“No, you don’t look like Barney,” my wife reassured me. “You look like old Mrs Slocum. You idiot.”

Shortly afterwards, someone told me ketchup can rectify yellowness. It took 15 minutes to apply because, being a man, I had to mess around, teasing my hair into various shapes. I let it dry into a two-horned, devil ‘do’. Idiot.

The whang was appalling but I soon forgot about my saucy bonce as I caught up on household chores. Two hours later I went into the study to play with the cat. She shied away from me. “That’s odd,” I thought, reaching out to pet her. She licked my face and hissed again. I looked up to see the postman staring in the window. I waved. He slowly backed out the gate.

My ketchup ‘horns’ were melting down the side of my face. It looked like I was engaging in some perverted Satanic ritual with the cat. “Come back, I can explain,” I called, which only made him run away faster.

Ketchup doesn’t work, by the way. It turns your hair ginger. My pub-mates started calling me ‘Rusty’. So I bought some Grecian 2000, but that turned my pillow brown, which was hard to explain to our disgusted (former) cleaning lady.

I bought a bottle of Just for Men hair dye, but I couldn’t use it. I’m not that vain. I threw it in the bin. It came out again last Saturday in advance of an appearance on RTE’s Daily Show. “Don’t put that in your hair. You’ll make a mess of it,” my wife warned, forgetting that men are idiots. We’ll always press the button marked ‘Do Not Press This Button’. We’ll always stick a knife in the toaster when it’s plugged in.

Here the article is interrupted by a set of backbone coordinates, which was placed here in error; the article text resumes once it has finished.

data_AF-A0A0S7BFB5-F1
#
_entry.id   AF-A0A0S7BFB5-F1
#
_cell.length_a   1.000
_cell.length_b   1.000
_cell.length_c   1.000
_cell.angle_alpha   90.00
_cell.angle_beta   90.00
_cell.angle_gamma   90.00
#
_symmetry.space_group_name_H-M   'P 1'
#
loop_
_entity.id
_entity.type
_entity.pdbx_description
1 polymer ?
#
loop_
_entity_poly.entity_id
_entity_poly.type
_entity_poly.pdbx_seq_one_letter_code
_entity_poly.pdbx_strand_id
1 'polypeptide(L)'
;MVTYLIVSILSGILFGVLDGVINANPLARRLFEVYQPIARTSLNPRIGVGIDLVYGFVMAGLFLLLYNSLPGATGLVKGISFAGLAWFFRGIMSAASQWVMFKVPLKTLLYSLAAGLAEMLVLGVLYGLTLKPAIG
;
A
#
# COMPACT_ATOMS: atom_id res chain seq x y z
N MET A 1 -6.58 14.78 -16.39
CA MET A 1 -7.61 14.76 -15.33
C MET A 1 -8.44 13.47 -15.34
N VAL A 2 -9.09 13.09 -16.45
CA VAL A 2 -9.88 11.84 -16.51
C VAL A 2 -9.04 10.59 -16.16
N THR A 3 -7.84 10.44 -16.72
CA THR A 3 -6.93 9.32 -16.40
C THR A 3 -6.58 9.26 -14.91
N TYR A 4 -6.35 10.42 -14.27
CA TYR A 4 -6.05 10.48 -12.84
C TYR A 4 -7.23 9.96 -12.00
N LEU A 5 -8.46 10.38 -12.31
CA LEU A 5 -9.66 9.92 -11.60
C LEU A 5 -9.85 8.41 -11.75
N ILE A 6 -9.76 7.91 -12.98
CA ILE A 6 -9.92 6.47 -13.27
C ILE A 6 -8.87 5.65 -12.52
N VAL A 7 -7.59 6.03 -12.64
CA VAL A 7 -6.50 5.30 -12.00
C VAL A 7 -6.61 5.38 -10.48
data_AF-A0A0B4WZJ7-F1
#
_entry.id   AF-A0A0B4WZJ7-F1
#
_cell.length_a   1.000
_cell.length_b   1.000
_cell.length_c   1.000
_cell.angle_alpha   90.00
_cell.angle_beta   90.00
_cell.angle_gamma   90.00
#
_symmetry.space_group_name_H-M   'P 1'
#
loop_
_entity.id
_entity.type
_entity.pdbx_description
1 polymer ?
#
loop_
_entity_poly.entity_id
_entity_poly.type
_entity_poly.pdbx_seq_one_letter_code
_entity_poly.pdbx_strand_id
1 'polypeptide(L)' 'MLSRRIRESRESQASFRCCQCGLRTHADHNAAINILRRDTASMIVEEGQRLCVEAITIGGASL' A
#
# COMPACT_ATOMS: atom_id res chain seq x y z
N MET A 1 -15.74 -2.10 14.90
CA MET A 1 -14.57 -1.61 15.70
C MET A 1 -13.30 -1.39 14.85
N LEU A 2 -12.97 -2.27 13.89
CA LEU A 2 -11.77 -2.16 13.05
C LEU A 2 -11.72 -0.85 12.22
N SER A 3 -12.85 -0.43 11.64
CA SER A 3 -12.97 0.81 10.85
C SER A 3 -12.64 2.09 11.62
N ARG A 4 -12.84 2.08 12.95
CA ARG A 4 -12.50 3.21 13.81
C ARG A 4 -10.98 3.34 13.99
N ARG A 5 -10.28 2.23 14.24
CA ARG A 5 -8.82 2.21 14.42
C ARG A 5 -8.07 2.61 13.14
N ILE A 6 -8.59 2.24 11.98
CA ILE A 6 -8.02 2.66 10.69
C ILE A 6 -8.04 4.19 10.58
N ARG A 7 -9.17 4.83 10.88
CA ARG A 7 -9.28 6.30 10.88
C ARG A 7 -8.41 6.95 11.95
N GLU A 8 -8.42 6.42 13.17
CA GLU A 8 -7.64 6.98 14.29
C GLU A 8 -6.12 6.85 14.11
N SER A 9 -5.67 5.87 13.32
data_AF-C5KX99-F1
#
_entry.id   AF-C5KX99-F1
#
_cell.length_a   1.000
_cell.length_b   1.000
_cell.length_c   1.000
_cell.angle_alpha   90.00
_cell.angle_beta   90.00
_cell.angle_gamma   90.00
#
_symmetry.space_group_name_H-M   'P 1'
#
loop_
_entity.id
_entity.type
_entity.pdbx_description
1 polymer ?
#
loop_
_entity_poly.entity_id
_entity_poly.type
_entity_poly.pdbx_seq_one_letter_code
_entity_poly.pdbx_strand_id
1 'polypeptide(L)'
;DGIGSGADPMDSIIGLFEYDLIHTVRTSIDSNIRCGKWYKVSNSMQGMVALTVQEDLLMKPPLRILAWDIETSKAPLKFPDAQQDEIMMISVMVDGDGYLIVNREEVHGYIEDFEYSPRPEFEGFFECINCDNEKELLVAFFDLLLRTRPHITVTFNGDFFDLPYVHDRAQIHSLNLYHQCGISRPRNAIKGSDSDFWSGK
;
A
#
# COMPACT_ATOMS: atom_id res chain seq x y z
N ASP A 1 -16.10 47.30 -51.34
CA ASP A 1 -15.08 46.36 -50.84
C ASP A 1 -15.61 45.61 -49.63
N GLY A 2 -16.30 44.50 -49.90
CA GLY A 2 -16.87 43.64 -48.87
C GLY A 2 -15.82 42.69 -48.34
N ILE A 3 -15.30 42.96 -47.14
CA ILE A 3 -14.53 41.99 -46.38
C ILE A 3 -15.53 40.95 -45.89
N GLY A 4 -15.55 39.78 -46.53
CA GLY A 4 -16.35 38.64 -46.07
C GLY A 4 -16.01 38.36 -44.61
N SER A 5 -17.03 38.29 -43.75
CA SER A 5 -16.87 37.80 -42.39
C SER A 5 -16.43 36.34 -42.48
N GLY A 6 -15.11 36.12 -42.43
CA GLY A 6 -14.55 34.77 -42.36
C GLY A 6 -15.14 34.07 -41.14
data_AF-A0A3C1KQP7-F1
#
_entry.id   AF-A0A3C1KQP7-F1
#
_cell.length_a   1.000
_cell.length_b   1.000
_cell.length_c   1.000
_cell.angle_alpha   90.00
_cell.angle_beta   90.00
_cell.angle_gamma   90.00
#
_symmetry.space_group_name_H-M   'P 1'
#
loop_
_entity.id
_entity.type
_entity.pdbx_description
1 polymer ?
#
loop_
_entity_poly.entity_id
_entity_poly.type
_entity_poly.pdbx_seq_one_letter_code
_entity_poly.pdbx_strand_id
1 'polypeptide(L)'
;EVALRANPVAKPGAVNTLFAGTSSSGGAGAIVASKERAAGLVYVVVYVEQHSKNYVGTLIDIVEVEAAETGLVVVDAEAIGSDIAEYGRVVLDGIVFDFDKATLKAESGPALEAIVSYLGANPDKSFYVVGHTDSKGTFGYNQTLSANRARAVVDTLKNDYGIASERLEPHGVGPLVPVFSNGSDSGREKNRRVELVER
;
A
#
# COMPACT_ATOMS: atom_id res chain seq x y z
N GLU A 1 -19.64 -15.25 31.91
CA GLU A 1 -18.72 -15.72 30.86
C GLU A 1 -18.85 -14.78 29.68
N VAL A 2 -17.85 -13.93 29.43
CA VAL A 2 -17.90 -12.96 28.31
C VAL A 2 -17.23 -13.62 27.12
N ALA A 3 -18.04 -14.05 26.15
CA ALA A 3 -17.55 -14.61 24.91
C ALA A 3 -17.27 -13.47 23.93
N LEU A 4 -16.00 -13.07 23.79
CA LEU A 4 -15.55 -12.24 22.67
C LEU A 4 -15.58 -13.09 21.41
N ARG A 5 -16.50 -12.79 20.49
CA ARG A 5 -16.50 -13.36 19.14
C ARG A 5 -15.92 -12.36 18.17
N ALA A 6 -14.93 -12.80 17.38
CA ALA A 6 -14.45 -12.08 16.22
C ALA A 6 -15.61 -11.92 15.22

I emptied the bottle onto my head. ‘Two minutes is all it takes!’ the label said. I left it in for 10.

My wife says the screams were up to ‘The Exorcist’ level. My hair was black with red roots. I was a cross between Elvis and Bono. “It’s all YOUR fault,” I shrieked, as she locked herself in the bedroom with the cat.

I lathered Fairy liquid into it. I steeped it in lemon juice. It turned grapefruit pink. I shrieked some more.

It took a colourist friend, Matt Malone of Senso Studios, two days to rectify things. It still looks dyed though and I’m paranoid about it. The worst thing is when you catch someone staring at it and quickly looking away.

There’s a lesson in this for all you fellow idiots who may be thinking of dyeing: don’t do it. I really miss my grey hair.

The last straw came when I went for my first post-dye pint. A wag shouted: “You can’t come in here … it’s Just For Men”.